This month we are exploring two coffee giants from East Africa. An exquisite coffee from Ethiopia with taste notes of guava, pineapple and strawberry and an equally delicious variety from Tanzania with notes of caramel, chocolate and citrus. What's not to love?
Let's explore these two delicious examples of African speciality coffee.
Ethiopia - Tariku
Ethiopia has a longstanding tradition of growing coffee which dates back centuries and is where arabica coffee originates. The plant is now grown in various parts of the world.
Ethiopia never disappoints and this particular variety is a prime example of that. The natural Tariku coffee is produced by Tariku Mengesha entirely on his farm. Coffee is Mengesha’s primary income, which he uses to support his family.
The farm is located in the Banko Chelchele Kebele neighbourhood of Gedeb Woreda, south of Yirgacheffe and just west of the the vast Oromia region.
Tariku applied the basic agronomic practices and keeps the field free of any weeds and grows pulse crops in his coffee field to maintain the fertility of the soil.
This small lot is as a natural process coffee. First the cherries are soaked to remove all immature, overripe and foreign matters and then dried on raised beds for one month. This really is a very special coffee.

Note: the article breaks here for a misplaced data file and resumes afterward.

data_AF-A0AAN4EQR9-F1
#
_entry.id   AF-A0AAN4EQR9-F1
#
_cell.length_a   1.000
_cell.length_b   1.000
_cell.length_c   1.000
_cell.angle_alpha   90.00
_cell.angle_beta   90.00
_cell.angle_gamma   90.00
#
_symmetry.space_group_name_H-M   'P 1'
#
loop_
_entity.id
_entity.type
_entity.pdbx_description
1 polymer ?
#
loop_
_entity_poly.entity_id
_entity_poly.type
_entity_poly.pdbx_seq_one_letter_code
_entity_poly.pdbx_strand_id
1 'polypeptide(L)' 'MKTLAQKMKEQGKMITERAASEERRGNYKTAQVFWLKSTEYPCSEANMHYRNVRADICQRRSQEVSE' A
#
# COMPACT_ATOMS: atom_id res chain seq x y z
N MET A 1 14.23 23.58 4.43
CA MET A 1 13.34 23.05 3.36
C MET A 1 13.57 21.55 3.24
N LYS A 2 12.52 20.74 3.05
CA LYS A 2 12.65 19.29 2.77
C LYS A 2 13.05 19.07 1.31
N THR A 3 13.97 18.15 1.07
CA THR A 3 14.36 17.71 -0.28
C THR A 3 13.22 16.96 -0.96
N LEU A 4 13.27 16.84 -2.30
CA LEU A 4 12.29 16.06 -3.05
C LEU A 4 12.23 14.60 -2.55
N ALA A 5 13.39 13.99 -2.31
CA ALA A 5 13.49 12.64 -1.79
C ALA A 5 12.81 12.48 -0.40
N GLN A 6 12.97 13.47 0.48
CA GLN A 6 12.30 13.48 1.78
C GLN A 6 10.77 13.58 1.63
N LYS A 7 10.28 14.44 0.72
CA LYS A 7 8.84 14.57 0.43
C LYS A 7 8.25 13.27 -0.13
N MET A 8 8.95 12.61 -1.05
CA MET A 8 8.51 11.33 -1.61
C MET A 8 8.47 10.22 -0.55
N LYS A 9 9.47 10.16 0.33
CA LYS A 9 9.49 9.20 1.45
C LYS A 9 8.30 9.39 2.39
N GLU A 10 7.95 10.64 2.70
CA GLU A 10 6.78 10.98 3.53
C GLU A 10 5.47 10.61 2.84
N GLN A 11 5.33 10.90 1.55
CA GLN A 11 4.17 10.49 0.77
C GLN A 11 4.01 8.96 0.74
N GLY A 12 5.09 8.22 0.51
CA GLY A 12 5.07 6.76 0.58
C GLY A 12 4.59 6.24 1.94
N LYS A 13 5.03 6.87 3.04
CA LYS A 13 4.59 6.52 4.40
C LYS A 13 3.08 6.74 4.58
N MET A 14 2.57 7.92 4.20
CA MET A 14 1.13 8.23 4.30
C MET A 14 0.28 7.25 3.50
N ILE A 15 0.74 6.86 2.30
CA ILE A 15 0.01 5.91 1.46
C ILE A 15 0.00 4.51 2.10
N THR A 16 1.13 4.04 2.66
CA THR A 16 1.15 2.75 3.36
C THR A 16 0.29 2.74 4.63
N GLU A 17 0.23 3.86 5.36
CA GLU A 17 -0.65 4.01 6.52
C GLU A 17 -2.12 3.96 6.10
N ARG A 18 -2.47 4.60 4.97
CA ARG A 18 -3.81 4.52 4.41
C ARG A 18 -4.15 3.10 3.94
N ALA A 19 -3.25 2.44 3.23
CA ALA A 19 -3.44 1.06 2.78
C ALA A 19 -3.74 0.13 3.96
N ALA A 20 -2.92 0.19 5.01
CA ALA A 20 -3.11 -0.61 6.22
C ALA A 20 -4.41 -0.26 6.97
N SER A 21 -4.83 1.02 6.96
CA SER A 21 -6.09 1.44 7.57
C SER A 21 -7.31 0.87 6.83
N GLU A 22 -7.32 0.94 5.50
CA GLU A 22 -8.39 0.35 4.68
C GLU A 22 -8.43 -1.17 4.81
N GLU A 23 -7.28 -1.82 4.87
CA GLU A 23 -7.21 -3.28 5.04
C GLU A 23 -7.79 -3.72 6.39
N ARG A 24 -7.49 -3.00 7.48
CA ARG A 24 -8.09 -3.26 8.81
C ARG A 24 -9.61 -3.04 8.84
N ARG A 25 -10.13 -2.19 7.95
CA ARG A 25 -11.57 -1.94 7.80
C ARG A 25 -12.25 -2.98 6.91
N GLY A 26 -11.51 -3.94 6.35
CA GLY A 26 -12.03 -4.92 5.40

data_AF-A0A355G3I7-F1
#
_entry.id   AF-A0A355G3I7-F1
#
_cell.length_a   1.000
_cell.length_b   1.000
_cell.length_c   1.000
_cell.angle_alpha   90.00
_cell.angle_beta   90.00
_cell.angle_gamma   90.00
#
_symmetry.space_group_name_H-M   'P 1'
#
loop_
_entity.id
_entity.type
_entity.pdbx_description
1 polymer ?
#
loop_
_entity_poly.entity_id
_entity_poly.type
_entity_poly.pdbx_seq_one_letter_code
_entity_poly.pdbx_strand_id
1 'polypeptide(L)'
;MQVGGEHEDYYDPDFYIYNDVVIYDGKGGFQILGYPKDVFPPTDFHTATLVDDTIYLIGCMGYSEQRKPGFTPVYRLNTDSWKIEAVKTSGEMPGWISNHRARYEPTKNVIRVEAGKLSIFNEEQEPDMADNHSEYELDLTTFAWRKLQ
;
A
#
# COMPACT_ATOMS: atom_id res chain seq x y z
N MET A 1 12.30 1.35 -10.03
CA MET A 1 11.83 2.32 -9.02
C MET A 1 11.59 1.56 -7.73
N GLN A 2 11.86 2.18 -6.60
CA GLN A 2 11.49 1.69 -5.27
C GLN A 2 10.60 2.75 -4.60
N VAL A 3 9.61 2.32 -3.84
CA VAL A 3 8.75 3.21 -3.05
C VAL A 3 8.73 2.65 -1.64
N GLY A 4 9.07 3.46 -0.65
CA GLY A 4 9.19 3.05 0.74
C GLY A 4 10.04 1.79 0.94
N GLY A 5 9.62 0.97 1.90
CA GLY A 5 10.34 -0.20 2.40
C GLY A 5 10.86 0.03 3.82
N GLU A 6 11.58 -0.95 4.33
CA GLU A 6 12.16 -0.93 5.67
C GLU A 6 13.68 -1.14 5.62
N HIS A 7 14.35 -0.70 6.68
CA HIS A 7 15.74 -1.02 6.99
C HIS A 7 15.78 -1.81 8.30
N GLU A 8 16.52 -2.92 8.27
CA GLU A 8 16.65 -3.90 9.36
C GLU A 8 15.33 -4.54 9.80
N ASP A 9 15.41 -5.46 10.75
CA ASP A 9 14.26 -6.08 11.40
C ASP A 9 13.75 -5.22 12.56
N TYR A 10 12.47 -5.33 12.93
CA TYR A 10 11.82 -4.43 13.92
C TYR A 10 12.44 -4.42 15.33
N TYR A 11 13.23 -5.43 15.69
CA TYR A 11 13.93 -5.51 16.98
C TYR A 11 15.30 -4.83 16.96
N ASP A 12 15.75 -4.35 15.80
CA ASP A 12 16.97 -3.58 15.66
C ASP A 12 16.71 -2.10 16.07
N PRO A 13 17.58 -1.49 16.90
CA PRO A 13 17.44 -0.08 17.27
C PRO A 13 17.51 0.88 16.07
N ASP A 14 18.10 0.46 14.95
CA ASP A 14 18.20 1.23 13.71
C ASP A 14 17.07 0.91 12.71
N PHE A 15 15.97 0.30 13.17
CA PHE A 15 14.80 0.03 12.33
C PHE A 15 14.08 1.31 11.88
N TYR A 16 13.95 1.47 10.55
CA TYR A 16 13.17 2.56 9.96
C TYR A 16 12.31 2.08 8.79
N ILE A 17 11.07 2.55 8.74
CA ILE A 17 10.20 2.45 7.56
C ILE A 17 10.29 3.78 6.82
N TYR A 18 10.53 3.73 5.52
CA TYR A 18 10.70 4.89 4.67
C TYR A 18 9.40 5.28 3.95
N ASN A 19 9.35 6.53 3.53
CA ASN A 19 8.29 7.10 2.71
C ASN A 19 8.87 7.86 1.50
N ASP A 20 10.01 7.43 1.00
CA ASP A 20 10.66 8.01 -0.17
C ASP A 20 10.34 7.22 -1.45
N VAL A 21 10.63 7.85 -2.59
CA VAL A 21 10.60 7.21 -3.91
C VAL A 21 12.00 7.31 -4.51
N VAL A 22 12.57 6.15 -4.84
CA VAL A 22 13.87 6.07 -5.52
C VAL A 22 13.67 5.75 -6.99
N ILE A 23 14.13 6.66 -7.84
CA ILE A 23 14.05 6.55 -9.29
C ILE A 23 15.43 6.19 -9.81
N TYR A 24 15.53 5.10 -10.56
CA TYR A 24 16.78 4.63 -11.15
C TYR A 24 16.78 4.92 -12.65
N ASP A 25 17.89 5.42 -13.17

Region: Gedeb Woreda
Altitude: 2011 masl
Tanzania - Usongwe AA
The Usongwe variety is the definition of community grown coffee. This coffee is produced by members of the AMCOS co-op which is made up of over 500 smallholder farmers. The importance of coffee farming to this community can't be overstated, with it being the main source of income providing food and clothing for their families.
Most of the farmers have a long family history of producing coffee, learning and inheriting skills and traditions from their fathers and grandfathers over generations. The average age of trees on these farms are over 30 years old, remaining strong and productive due to the care of the farmers that own them.
Access to water for irrigation during the dry season remains a challenge for these farmers. Farmers on average produce around 360kg of green coffee per year which make this coffee even more special when we get the chance to taste it. Enjoy this incredible example of African speciality coffee.
Altitude: 1460 masl